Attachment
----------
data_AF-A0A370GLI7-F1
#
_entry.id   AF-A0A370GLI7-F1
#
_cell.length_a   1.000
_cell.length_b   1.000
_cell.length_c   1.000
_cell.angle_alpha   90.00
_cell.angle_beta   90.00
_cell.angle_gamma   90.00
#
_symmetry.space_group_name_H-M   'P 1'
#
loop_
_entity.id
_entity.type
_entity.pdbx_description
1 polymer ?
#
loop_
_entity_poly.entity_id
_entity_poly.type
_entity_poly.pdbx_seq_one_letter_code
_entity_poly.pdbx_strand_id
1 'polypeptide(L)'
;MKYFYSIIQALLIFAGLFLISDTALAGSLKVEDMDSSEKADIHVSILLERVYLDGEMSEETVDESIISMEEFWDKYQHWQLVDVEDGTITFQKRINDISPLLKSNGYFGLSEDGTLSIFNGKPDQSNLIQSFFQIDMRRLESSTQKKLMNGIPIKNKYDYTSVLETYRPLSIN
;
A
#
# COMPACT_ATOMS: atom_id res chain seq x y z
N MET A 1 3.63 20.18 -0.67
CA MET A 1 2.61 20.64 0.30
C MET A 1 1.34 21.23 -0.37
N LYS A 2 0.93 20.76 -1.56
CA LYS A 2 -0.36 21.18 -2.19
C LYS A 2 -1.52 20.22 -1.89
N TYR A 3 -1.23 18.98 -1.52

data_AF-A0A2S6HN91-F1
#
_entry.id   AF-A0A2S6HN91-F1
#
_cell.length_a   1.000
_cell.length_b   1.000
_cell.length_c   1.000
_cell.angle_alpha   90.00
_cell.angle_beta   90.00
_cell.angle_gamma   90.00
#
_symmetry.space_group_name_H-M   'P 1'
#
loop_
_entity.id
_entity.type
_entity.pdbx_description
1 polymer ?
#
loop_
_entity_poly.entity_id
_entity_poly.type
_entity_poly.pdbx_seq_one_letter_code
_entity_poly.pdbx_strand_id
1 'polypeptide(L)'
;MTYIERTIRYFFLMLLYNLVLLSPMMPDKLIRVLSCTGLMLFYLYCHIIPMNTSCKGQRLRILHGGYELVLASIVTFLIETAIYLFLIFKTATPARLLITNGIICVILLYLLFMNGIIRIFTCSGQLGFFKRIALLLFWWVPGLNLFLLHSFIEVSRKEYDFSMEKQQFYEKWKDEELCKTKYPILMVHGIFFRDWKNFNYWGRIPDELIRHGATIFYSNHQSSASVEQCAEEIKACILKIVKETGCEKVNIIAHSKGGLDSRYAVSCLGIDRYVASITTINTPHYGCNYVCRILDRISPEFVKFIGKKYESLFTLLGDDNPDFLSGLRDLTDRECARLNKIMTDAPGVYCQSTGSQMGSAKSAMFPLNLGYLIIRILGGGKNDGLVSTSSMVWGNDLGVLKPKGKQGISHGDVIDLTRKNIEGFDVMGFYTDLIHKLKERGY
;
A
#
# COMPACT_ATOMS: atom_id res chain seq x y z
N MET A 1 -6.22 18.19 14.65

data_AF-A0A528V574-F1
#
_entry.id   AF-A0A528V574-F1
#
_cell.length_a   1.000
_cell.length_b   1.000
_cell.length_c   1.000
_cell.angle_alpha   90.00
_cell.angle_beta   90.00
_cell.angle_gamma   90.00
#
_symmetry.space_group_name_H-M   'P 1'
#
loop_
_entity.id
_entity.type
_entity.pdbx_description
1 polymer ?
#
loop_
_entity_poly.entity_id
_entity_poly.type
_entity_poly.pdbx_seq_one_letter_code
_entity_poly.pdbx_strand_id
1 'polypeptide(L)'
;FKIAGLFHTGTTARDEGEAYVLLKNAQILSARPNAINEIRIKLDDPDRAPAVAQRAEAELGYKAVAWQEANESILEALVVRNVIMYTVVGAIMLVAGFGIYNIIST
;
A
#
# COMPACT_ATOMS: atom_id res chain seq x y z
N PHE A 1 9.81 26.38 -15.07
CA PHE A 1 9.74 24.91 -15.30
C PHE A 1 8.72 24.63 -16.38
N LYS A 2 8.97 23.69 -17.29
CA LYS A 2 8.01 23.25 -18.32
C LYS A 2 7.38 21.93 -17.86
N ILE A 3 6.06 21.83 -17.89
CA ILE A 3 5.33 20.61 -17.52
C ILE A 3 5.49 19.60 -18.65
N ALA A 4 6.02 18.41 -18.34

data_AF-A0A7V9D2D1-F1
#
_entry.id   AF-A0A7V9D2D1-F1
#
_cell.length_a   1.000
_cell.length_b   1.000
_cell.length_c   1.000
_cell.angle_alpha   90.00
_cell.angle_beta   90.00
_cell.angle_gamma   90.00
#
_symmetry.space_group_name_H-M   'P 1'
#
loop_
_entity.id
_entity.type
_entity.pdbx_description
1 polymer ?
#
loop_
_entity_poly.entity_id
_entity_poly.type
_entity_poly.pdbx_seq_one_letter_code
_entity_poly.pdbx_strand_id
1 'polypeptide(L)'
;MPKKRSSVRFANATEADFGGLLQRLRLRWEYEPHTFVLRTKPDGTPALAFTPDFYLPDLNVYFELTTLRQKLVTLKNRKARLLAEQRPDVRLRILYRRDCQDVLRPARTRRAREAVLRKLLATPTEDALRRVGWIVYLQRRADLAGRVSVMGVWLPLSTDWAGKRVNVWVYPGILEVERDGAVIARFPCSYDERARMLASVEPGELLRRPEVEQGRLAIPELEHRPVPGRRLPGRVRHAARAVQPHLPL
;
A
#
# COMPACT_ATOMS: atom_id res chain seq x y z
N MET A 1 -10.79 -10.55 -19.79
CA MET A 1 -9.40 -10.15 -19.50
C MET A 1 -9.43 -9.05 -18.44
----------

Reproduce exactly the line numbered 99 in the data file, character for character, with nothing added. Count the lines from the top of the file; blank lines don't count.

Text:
N PHE A 1 9.81 26.38 -15.07